Locked up in Madrid – Impressions From the European Corona Hotspot

The small bar in Calle de Fortuny in Madrid’s city centre is crowded, as are many others these days. The people of Madrid don’t miss the chance to go out with friends. And yet everything is different since the weekend: Once again it has become quiet in the streets, and the normally lively Spanish capital has been closed off. According to the World Health Organisation WHO, 850 cases per 100,000 inhabitants have once again made the region the epicentre of the pandemic in Europe. Spain currently counts 32,000 corona deaths and 800,000 corona cases, almost forty percent of which are reported in Madrid. The second wave has hit the city with full force. Thousands of jobs in hotels, restaurants, flower shops and travel agencies are disappearing. The pandemic is hitting Spain not only in the geographical sense, but right in the heart.

Anyone who wants to leave Madrid in the next two weeks must present good reasons. Friends or relatives are only allowed to meet up with a maximum of six people. Restaurants and bars will have to close at 11 pm and reduce their capacity by half. After all, the new rules feel much less drastic than the lockdown in spring, when Madrid’s residents were practically forbidden to leave their homes for months.

The conservative regional president Isabel Díaz Ayuso reluctantly put the order into effect last Friday and appealed at the same time. The socialist central government had intervened in view of the rapid increase in new infections. Yesterday the Supreme Court of Madrid refused to ratify the decree because it did not have the necessary legal basis and violated the fundamental rights of citizens. This means that fines can no longer be imposed for violations. Whether all measures should be suspended altogether is still under consideration by the Spanish National Court of Justice. So what now? Everything is up in the air.

As if through a magnifying glass, dividing lines in Spanish politics become visible: for weeks, the central government and the Madrid regional government have been engaged in a bitter exchange of blows in the struggle to find the right containment strategy between health protection and economic preservation. It is a balancing act: if you severely and permanently restrict economic freedom, you endanger health in the end. On the other hand, sustainable economic recovery is unthinkable without containing the virus – especially in the tourism industry, on which Spain depends so much.

There is also a clash within the coalition of conservative Partido Popular (PP) and liberal Ciudadanos in the Autonomous Region of Madrid. While regional president Ayuso is looking for confrontation and sees the central government’s crackdown as a purely politically motivated move, the liberal coalition partner has distanced itself from the public dispute. Ciudadanos calls for constructive cooperation on all sides to fight the virus and agreed to seal off the city.

In view of the rigorous European curfews in spring, the question arises why Spain is once again in such a bad position only three months after the end of the state of emergency. One possible explanation is that a destructive dynamic has developed in Spanish politics which, like the virus, has a toxic effect. All too often, Spanish politicians are guided by political considerations and personal interests rather than scientific criteria in the fight against the corona virus. The polarisation in the Spanish party system makes it difficult to respond adequately to the challenges. While in neighbouring Italy, the nation stands together in the face of the crisis, many Spanish politicians seem to seek to exacerbate the country’s division.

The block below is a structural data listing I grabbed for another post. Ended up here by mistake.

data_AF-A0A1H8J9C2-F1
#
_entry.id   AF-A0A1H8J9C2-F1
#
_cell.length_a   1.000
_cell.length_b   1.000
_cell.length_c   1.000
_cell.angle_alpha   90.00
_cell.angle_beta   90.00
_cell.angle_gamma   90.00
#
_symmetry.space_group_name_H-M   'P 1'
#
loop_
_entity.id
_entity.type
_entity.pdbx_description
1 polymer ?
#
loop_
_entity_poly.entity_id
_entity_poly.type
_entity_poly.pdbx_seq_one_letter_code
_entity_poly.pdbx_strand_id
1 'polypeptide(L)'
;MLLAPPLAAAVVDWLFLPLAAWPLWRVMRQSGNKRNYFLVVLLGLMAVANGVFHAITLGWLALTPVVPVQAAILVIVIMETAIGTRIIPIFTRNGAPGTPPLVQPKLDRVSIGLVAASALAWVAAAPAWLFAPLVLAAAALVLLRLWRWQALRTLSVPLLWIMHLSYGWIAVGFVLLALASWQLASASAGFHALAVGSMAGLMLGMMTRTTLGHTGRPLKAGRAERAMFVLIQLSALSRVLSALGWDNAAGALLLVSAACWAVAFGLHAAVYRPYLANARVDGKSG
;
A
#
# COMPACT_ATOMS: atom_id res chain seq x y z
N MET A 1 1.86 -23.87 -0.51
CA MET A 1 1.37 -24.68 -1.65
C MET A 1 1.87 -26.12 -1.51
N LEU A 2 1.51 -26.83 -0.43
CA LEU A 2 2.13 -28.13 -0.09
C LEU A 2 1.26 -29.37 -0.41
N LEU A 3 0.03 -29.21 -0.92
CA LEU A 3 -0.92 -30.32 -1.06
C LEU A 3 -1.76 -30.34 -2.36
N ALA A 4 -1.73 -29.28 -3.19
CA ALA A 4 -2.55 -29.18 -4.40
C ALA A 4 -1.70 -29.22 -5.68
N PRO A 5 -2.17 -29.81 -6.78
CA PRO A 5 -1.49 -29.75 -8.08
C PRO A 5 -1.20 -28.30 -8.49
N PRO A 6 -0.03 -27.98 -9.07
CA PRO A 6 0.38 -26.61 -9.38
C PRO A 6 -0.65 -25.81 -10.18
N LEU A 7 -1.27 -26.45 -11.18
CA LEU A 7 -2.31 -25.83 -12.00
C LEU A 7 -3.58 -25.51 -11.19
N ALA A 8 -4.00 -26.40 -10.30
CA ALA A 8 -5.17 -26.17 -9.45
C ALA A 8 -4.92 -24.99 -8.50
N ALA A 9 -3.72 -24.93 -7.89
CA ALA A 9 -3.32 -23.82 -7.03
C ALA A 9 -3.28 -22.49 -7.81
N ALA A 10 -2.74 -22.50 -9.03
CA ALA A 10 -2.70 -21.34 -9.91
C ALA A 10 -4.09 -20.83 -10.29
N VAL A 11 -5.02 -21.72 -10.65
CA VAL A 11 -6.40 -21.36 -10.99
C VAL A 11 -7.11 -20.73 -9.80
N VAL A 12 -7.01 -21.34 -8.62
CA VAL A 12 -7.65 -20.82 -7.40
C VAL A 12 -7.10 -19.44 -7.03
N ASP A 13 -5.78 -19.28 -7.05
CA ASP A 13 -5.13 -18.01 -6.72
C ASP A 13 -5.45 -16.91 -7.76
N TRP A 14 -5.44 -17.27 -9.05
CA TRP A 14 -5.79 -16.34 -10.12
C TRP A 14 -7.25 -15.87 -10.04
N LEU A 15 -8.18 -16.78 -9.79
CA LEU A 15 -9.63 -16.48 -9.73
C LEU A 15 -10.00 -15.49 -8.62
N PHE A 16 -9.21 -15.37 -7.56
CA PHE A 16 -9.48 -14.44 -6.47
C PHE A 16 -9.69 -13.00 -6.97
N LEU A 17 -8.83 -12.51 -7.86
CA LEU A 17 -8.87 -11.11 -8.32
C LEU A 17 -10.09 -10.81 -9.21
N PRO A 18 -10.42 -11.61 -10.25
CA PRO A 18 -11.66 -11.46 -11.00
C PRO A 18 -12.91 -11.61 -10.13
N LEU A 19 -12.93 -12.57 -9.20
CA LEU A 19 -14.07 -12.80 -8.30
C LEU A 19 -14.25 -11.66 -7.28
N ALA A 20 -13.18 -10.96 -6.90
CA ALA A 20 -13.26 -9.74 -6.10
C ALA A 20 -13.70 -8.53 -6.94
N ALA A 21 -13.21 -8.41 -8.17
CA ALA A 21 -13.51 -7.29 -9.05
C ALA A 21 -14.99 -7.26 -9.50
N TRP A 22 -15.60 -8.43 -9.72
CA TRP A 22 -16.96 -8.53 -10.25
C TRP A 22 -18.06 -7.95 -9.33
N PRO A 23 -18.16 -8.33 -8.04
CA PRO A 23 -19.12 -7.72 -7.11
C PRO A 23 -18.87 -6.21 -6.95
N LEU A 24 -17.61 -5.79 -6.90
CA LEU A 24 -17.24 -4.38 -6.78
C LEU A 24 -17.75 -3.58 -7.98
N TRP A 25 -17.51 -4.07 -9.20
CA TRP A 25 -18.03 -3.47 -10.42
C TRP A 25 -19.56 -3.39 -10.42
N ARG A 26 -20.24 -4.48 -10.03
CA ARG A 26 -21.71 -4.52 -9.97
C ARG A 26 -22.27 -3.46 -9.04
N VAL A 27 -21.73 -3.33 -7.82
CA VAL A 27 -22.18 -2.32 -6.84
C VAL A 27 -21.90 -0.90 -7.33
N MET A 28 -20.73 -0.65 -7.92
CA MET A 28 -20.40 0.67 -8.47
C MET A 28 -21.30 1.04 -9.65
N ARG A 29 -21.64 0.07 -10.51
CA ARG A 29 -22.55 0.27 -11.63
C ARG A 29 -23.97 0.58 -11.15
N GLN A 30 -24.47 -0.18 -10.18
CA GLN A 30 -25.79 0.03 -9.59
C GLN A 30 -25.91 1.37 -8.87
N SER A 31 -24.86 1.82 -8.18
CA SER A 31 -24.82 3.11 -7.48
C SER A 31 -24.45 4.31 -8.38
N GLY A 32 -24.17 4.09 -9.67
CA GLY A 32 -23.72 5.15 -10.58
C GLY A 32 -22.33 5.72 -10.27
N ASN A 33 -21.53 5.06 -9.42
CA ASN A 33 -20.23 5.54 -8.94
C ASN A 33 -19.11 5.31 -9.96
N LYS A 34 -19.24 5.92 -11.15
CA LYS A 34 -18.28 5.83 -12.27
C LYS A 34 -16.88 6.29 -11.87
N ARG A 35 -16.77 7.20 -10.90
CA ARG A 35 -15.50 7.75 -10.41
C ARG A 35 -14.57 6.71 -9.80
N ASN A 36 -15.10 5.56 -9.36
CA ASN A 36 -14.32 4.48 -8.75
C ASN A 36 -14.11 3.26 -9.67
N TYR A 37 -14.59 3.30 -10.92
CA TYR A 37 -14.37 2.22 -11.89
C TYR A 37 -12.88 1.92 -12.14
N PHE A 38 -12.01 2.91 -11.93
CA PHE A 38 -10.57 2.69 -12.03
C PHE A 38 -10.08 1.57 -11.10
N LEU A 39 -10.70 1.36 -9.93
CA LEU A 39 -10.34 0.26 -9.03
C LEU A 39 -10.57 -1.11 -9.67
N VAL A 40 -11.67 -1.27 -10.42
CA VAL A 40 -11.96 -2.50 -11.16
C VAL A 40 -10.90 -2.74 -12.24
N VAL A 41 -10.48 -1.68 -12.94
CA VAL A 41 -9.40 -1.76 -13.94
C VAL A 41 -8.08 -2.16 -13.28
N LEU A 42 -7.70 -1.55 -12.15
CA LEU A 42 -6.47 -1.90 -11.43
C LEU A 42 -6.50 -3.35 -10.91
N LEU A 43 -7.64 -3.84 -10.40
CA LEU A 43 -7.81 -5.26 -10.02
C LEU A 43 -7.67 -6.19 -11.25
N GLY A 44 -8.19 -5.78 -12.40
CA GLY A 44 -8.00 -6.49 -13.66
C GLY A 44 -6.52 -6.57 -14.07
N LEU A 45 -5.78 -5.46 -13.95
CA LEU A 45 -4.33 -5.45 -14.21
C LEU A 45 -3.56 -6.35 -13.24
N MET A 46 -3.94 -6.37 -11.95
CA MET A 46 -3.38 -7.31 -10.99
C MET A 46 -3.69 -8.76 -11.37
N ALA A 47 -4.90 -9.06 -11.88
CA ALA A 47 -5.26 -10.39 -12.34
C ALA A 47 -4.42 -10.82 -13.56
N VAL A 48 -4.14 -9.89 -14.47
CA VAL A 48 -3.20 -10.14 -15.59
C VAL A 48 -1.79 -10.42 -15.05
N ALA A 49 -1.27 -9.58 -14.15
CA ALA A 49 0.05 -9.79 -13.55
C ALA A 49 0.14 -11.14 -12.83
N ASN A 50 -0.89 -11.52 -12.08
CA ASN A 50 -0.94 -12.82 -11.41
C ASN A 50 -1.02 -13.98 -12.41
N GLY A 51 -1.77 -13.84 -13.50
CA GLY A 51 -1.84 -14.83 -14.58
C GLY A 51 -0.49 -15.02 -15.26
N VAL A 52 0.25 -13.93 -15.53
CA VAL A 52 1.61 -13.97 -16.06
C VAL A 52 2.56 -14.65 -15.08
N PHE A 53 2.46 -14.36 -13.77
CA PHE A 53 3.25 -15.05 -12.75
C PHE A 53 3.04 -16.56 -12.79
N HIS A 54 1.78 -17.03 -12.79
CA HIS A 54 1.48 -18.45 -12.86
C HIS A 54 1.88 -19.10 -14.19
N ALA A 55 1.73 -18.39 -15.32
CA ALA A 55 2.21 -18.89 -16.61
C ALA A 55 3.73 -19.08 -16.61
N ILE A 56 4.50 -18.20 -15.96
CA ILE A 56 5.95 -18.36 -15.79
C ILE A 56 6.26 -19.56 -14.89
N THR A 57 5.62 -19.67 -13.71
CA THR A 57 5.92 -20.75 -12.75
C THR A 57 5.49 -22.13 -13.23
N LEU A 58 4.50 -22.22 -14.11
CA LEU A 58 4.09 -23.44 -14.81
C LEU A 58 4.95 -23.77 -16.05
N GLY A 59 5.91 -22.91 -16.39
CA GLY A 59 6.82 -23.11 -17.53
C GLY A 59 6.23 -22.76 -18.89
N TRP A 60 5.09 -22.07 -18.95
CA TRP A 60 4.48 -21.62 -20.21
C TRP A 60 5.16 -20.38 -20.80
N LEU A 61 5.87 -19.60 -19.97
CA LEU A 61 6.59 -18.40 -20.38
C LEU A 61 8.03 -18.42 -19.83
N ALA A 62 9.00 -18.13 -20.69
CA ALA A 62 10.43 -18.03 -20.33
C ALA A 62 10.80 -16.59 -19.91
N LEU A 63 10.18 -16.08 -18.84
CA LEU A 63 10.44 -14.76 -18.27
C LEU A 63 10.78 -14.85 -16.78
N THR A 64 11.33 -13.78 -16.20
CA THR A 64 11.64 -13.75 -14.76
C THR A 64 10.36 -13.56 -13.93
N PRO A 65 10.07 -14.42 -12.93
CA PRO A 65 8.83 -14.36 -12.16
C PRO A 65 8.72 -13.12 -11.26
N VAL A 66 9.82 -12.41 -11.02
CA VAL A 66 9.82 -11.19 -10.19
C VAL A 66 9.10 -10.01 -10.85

A cool head is needed in this emotionally charged dispute, in order to reflect on reason and responsibility. Ignacio Aguado (Ciudadanos), Vice-President of the Capital Region, stated: “We have time to bring the situation under control if we are able to give ourselves a political breather. We must stop blaming others”.

Many Madrileneans will agree with this. The population is increasingly irritated by the crisis management in the Spanish capital. There is confusion about the new measures, with many considering them ineffective and absurd. The daily “El Pais” headlined: “Madrid, capital of confusion”. Parks are being closed, but bars are allowed to stay open. You can travel from Berlin to Madrid, but not from nearby Toledo.

Good crisis management involves going through a learning process, acknowledging the new reality and learning from mistakes. The Spanish government has so far refused to allow an independent commission of experts to examine how the pandemic is being handled. The government actually had an exemplary strategy, since the state of emergency was followed by a de-escalation plan with rules for the “new normality”. This included an asymmetric relaxation of the rules within the Spanish territory in four phases without fixed deadlines, depending on the transmission rate and the capacity of the health system in the respective province. However, many regions skipped phases or did not comply with the requirements for monitoring case numbers, in particular a functioning system for tracking corona cases. There are a number of suggestions for improvement, whether it is the introduction of a modern system of data collection, the definition of transparent epidemiological indicators to facilitate joint action with the regions and municipalities, or the strengthening of efficient administration and health care.

Such measures come too late for Madrid. The second wave has already taken hold of the city. In this situation, each individual is called upon to take personal responsibility and look out for others.

Rahel Zibner
Programme Manager Spain, Italy, Portugal